COP27 will go down in pages of history as the only UN climate change conference where the Loss and Damage fund was agreed upon. This is a huge triumph for developing nations that are susceptible to climate change after decades of struggle. Since COP26, there has been a tremendous change in the discussion and the stances of industrialized nations. As difficult negotiations about how the new loss and damage fund will operate — and who will make financial contributions to it — begin, parties must keep building on the optimistic momentum established in Sharm. The COP27 avoided the politically more divisive demand-side concerns of providing nutrient-dense and environmentally sustainable diets for everyone, maintaining a firm focus on supply-side solutions to address food insecurity.

Implementation demands urgency

It has frequently been stated that the implementation phase of climate action is now taking place after setting targets. What COP27 demonstrates is that honesty and accountability will become increasingly important as the implementation phase gets underway, as the voices of the youth and the vulnerable economies constantly remind the world. There will be a lot of questions and time for reflection once the dust has settled about the strategies employed by various parties and players, and there will be a lot to be learnt that can support efforts to have additional breakthroughs at COP28.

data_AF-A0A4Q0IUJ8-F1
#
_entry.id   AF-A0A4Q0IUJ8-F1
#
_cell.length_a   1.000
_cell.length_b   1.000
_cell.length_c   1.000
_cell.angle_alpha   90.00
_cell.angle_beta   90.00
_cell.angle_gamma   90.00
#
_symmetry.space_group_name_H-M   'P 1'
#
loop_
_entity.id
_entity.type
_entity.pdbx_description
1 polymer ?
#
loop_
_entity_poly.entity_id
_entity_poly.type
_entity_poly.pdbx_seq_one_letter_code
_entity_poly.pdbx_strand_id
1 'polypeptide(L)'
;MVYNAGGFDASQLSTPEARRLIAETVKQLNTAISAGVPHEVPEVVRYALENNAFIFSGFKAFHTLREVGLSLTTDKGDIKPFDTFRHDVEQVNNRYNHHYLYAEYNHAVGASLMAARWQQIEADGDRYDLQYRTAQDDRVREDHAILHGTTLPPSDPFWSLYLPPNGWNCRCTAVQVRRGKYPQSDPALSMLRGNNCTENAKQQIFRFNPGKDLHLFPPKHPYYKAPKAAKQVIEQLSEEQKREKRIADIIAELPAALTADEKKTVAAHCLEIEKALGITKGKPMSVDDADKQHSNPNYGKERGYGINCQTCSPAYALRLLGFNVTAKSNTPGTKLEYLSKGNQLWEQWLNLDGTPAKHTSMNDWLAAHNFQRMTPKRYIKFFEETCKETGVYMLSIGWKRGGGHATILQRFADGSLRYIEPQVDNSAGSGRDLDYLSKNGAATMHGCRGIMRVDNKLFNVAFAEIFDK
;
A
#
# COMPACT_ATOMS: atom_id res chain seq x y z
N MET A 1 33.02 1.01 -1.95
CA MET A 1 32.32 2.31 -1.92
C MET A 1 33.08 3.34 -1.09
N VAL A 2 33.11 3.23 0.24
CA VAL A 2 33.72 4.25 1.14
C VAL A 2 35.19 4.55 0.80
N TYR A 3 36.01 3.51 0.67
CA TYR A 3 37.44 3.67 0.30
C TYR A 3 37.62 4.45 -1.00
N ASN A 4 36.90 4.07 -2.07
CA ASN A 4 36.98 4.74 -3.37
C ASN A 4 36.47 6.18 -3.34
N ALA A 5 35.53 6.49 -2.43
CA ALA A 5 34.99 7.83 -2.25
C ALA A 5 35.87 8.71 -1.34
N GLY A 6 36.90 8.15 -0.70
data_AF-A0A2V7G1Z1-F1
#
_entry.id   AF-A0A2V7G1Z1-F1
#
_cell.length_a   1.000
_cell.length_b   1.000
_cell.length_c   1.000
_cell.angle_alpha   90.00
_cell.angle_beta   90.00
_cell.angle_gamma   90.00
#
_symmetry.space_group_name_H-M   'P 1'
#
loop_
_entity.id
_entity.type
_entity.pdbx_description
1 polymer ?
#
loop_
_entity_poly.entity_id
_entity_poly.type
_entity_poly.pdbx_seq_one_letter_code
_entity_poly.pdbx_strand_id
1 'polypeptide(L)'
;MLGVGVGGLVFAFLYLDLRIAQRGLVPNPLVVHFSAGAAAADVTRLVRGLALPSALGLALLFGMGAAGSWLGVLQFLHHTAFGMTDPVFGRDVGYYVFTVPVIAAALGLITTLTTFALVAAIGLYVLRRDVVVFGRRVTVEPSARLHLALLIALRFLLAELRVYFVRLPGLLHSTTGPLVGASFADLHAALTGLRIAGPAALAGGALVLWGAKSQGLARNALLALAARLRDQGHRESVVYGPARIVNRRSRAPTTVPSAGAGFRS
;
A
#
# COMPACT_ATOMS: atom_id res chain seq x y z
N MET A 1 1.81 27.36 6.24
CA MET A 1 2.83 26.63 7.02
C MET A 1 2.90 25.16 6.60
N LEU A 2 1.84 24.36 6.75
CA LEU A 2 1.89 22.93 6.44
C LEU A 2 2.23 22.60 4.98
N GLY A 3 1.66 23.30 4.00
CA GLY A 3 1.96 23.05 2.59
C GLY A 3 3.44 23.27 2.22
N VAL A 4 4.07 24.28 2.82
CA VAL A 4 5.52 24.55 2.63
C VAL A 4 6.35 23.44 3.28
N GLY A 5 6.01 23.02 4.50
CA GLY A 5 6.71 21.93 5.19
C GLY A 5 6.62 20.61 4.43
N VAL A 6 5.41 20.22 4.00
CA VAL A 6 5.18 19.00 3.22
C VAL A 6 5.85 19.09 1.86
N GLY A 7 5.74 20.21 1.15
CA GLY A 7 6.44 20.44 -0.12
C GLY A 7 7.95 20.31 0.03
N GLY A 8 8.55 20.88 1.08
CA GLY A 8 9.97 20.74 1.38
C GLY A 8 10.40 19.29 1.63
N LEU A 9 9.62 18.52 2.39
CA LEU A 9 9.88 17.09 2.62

What next?

Global leaders have taken much-needed action at COP27 to address loss and destruction, which are symptoms of climate change, but they continue to refuse to identify or even address the cause.  At this COP, a resounding chorus of voices—from unexpected places including the EU, UK, Colombia, and Kenya—called for an end to the burning of all fossil fuels. The energy, transportation, and food sectors, the global financial system, and how people live their lives must all undergo radical change if global governments are to successfully bend the curve on emissions in the allotted three years. Although valuable time and opportunities were lost in Sharm el-Sheikh, governments can still heed the signals of change from the conference by taking ambitious national measures in the coming year. By doing so, they will be better prepared at COP28 the following year to take transformative multilateral action where it counts.

The three pillars of climate action are loss and damage, adaptation, and mitigation. Progress was achieved on mitigation, loss, and damage this year, but to stop the latter from spiralling out of control, adaptation needs to get its due at COP28 in the United Arab Emirates (UAE) in 2023.

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